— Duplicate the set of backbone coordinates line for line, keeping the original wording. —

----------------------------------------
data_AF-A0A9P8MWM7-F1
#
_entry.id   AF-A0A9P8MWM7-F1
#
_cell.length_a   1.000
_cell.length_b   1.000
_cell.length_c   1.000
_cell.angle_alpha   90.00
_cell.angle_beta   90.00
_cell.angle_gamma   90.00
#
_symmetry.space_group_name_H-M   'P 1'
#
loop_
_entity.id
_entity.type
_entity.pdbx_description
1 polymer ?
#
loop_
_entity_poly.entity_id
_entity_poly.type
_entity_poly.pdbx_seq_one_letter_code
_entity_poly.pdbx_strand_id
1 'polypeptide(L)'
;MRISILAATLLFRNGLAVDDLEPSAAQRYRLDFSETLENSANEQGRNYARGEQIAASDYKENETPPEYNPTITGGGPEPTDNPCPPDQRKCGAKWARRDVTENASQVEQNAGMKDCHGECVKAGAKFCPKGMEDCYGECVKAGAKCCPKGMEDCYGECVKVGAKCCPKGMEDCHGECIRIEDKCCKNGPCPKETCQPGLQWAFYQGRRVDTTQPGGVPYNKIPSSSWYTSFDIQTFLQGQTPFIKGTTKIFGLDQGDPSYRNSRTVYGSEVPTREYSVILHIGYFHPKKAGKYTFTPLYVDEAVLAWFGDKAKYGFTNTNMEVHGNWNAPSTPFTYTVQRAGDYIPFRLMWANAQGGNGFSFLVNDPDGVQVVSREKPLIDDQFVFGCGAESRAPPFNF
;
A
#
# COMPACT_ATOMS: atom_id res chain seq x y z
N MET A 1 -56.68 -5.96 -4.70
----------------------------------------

data_AF-A0A9P8MWM7-F1
#
_entry.id   AF-A0A9P8MWM7-F1
#
_cell.length_a   1.000
_cell.length_b   1.000
_cell.length_c   1.000
_cell.angle_alpha   90.00
_cell.angle_beta   90.00
_cell.angle_gamma   90.00
#
_symmetry.space_group_name_H-M   'P 1'
#
loop_
_entity.id
_entity.type
_entity.pdbx_description
1 polymer ?
#
loop_
_entity_poly.entity_id
_entity_poly.type
_entity_poly.pdbx_seq_one_letter_code
_entity_poly.pdbx_strand_id
1 'polypeptide(L)'
;MRISILAATLLFRNGLAVDDLEPSAAQRYRLDFSETLENSANEQGRNYARGEQIAASDYKENETPPEYNPTITGGGPEPTDNPCPPDQRKCGAKWARRDVTENASQVEQNAGMKDCHGECVKAGAKFCPKGMEDCYGECVKAGAKCCPKGMEDCYGECVKVGAKCCPKGMEDCHGECIRIEDKCCKNGPCPKETCQPGLQWAFYQGRRVDTTQPGGVPYNKIPSSSWYTSFDIQTFLQGQTPFIKGTTKIFGLDQGDPSYRNSRTVYGSEVPTREYSVILHIGYFHPKKAGKYTFTPLYVDEAVLAWFGDKAKYGFTNTNMEVHGNWNAPSTPFTYTVQRAGDYIPFRLMWANAQGGNGFSFLVNDPDGVQVVSREKPLIDDQFVFGCGAESRAPPFNF
;
A
#
# COMPACT_ATOMS: atom_id res chain seq x y z
N MET A 1 -56.68 -5.96 -4.70